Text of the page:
During a capabilities pitch a few years ago we were sharing our agency mission – To create inspiring ideas for courageous clients – when the potential client suddenly stopped us in our tracks saying, “I’m not sure we’re that.” This transparent confession threw us for a moment and ultimately ended our prospects with that particular client, but we are forever in her debt. She knew her company culture and ultimately spared us the demoralizing impact of a time and expense-sucking pitch for a client for whom we were ill suited.
When we crafted our agency’s mission we took Bernbach’s advice – “If you stand for nothing, you’ll find nobody against you – and nobody for you.” We were determined to not only describe what it is we do, but to be one of the few agencies to describe the kind of client for whom we wanted to do it – the “courageous” ones.
To us, “courageous” isn’t about doing an off-color ad to get noticed (although that kind of disruption has its place). No, to us it’s really about playing the marketing game on offense and doing everything that you can to make your brand way more relevant and compelling than any other player in your category. That takes some guts.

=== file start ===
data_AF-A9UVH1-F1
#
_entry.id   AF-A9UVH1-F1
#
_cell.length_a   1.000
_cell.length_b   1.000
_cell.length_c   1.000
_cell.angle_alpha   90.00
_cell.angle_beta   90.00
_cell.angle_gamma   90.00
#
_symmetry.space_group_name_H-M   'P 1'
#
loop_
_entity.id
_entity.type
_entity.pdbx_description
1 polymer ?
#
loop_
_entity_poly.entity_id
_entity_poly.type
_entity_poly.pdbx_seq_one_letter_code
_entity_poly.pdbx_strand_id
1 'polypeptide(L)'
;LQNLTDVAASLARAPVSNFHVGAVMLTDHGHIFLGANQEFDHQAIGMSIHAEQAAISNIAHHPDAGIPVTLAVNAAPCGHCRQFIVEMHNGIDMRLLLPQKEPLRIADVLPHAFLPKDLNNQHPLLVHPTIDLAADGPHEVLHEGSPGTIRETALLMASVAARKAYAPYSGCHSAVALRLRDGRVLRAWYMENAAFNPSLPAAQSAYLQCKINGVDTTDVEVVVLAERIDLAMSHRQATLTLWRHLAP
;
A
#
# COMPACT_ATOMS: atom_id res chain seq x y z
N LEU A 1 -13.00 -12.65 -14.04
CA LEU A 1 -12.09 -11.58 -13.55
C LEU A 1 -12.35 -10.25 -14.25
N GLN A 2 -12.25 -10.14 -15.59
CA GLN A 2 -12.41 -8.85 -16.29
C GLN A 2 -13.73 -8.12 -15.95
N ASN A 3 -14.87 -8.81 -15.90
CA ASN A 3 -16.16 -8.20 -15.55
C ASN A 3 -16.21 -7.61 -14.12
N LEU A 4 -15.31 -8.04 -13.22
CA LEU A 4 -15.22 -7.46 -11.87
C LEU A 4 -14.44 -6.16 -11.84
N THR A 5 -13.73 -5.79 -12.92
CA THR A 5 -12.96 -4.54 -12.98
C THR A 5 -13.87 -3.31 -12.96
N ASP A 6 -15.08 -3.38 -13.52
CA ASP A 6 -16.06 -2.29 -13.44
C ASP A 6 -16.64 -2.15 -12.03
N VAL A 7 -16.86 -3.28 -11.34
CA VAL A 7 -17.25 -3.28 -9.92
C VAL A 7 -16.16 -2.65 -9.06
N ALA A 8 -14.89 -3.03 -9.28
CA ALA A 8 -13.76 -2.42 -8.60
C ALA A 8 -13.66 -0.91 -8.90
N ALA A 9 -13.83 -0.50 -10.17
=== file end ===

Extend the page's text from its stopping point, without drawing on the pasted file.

I give you this context as we name our latest Courageous Client Award Winner, because unlike last quarter’s winner, Ragu, with its hilarious and risky, “A Long Day of Childhood Calls for America’s Favorite Pasta Sauce” (boy interrupting parents in flagrante delicto), our latest winner might not be that obvious. Yes, Dick’s Sporting Goods marketing is beautiful, inspiring and emotionally-charged. So where does the “courageous” come in?
It comes with the February 2011 arrival of CMO, Lauren Hobart. At that time, Dick’s wasn’t a broken brand that needed to be saved. It had been steadily growing its footprint across the country and was neck-and-neck with Sports Authority for sporting goods category leadership. What it was doing was obviously working; so don’t fix it, right?
Wrong. Ms. Hobart’s personal vision and 14 previous years at Pepsi obviously led her to the conclusion that Dick’s TV advertising wasn’t as good as the brand could be. Here’s where the “courageous” comes in. For years before her tenure, Dick’s ran boring, undifferentiated price and item advertising on TV. Dick’s TV was an electronic version of their newspaper circular. And I’m sure previous marketing leadership could point to its sales effectiveness. But Ms. Hobart knew better. She left that newspaper circular pretty much alone to do its thing. But on TV, she challenged the conventional wisdom, and I’m pretty sure some of her senior management team, to use the TV medium to do its thing – emotionally connect viewers with the Dick’s Sporting Goods brand.
Lauren Hobart had the courage to throw out price & item TV and push for TV that really makes you root for Dick’s.
Her agency, Anomaly, gets a tip of the hat as well for its powerful storytelling. But just as Dick’s says “Every Season Starts with Dicks,” every great marketing story starts with a CMO who has the courage to push beyond “good enough” and swing for great.